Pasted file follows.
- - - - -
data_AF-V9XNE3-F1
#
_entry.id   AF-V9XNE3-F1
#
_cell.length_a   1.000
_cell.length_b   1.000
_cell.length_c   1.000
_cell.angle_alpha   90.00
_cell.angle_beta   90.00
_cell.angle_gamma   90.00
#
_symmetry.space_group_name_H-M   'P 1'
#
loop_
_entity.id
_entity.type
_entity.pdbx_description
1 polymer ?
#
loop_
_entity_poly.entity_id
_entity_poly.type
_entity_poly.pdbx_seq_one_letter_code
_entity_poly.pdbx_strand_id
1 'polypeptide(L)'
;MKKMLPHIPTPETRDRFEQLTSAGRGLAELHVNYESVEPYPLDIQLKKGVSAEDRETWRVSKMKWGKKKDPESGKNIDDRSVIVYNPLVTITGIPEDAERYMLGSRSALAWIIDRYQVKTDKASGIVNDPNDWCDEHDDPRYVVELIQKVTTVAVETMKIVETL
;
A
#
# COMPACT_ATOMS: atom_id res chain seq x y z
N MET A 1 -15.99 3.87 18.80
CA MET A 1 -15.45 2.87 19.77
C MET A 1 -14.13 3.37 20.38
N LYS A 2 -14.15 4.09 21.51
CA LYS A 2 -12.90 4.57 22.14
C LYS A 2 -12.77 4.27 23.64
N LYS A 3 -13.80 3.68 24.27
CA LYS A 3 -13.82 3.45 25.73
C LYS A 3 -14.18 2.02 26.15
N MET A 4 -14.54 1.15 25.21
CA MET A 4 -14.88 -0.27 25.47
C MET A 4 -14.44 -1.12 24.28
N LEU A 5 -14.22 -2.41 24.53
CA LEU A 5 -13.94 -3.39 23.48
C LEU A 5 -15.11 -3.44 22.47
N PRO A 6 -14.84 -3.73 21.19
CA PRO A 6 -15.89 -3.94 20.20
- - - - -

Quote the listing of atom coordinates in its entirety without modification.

data_AF-V9XNE3-F1
#
_entry.id   AF-V9XNE3-F1
#
_cell.length_a   1.000
_cell.length_b   1.000
_cell.length_c   1.000
_cell.angle_alpha   90.00
_cell.angle_beta   90.00
_cell.angle_gamma   90.00
#
_symmetry.space_group_name_H-M   'P 1'
#
loop_
_entity.id
_entity.type
_entity.pdbx_description
1 polymer ?
#
loop_
_entity_poly.entity_id
_entity_poly.type
_entity_poly.pdbx_seq_one_letter_code
_entity_poly.pdbx_strand_id
1 'polypeptide(L)'
;MKKMLPHIPTPETRDRFEQLTSAGRGLAELHVNYESVEPYPLDIQLKKGVSAEDRETWRVSKMKWGKKKDPESGKNIDDRSVIVYNPLVTITGIPEDAERYMLGSRSALAWIIDRYQVKTDKASGIVNDPNDWCDEHDDPRYVVELIQKVTTVAVETMKIVETL
;
A
#
# COMPACT_ATOMS: atom_id res chain seq x y z
N MET A 1 -15.99 3.87 18.80
CA MET A 1 -15.45 2.87 19.77
C MET A 1 -14.13 3.37 20.38
N LYS A 2 -14.15 4.09 21.51
CA LYS A 2 -12.90 4.57 22.14
C LYS A 2 -12.77 4.27 23.64
N LYS A 3 -13.80 3.68 24.27
CA LYS A 3 -13.82 3.45 25.73
C LYS A 3 -14.18 2.02 26.15
N MET A 4 -14.54 1.15 25.21
CA MET A 4 -14.88 -0.27 25.47
C MET A 4 -14.44 -1.12 24.28
N LEU A 5 -14.22 -2.41 24.53
CA LEU A 5 -13.94 -3.39 23.48
C LEU A 5 -15.11 -3.44 22.47
N PRO A 6 -14.84 -3.73 21.19
CA PRO A 6 -15.89 -3.94 20.20